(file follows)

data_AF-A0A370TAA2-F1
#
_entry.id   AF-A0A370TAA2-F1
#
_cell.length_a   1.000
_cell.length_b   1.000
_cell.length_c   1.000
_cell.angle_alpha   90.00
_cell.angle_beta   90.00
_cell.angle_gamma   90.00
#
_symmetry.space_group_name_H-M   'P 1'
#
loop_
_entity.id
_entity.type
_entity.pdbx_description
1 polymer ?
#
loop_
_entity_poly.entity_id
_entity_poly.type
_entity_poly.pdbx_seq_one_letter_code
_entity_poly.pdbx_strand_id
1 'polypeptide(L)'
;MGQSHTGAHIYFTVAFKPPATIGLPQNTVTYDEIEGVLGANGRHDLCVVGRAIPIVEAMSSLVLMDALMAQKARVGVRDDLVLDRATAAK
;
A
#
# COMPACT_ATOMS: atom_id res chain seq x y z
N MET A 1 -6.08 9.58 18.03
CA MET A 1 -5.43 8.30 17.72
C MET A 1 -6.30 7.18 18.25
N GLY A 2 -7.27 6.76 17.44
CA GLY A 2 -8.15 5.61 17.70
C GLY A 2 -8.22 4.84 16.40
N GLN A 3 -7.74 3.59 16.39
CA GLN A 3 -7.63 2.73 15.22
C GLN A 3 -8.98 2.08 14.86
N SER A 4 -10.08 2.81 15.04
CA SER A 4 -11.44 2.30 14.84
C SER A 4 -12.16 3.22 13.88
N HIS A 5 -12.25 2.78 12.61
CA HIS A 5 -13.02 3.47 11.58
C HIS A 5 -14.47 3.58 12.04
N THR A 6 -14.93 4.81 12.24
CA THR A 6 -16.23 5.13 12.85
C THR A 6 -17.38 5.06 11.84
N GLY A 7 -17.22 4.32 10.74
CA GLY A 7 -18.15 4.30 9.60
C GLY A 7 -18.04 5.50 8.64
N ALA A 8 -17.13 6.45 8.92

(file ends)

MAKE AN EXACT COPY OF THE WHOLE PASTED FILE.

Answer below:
data_AF-A0A370TAA2-F1
#
_entry.id   AF-A0A370TAA2-F1
#
_cell.length_a   1.000
_cell.length_b   1.000
_cell.length_c   1.000
_cell.angle_alpha   90.00
_cell.angle_beta   90.00
_cell.angle_gamma   90.00
#
_symmetry.space_group_name_H-M   'P 1'
#
loop_
_entity.id
_entity.type
_entity.pdbx_description
1 polymer ?
#
loop_
_entity_poly.entity_id
_entity_poly.type
_entity_poly.pdbx_seq_one_letter_code
_entity_poly.pdbx_strand_id
1 'polypeptide(L)'
;MGQSHTGAHIYFTVAFKPPATIGLPQNTVTYDEIEGVLGANGRHDLCVVGRAIPIVEAMSSLVLMDALMAQKARVGVRDDLVLDRATAAK
;
A
#
# COMPACT_ATOMS: atom_id res chain seq x y z
N MET A 1 -6.08 9.58 18.03
CA MET A 1 -5.43 8.30 17.72
C MET A 1 -6.30 7.18 18.25
N GLY A 2 -7.27 6.76 17.44
CA GLY A 2 -8.15 5.61 17.70
C GLY A 2 -8.22 4.84 16.40
N GLN A 3 -7.74 3.59 16.39
CA GLN A 3 -7.63 2.73 15.22
C GLN A 3 -8.98 2.08 14.86
N SER A 4 -10.08 2.81 15.04
CA SER A 4 -11.44 2.30 14.84
C SER A 4 -12.16 3.22 13.88
N HIS A 5 -12.25 2.78 12.61
CA HIS A 5 -13.02 3.47 11.58
C HIS A 5 -14.47 3.58 12.04
N THR A 6 -14.93 4.81 12.24
CA THR A 6 -16.23 5.13 12.85
C THR A 6 -17.38 5.06 11.84
N GLY A 7 -17.22 4.32 10.74
CA GLY A 7 -18.15 4.30 9.60
C GLY A 7 -18.04 5.50 8.64
N ALA A 8 -17.13 6.45 8.92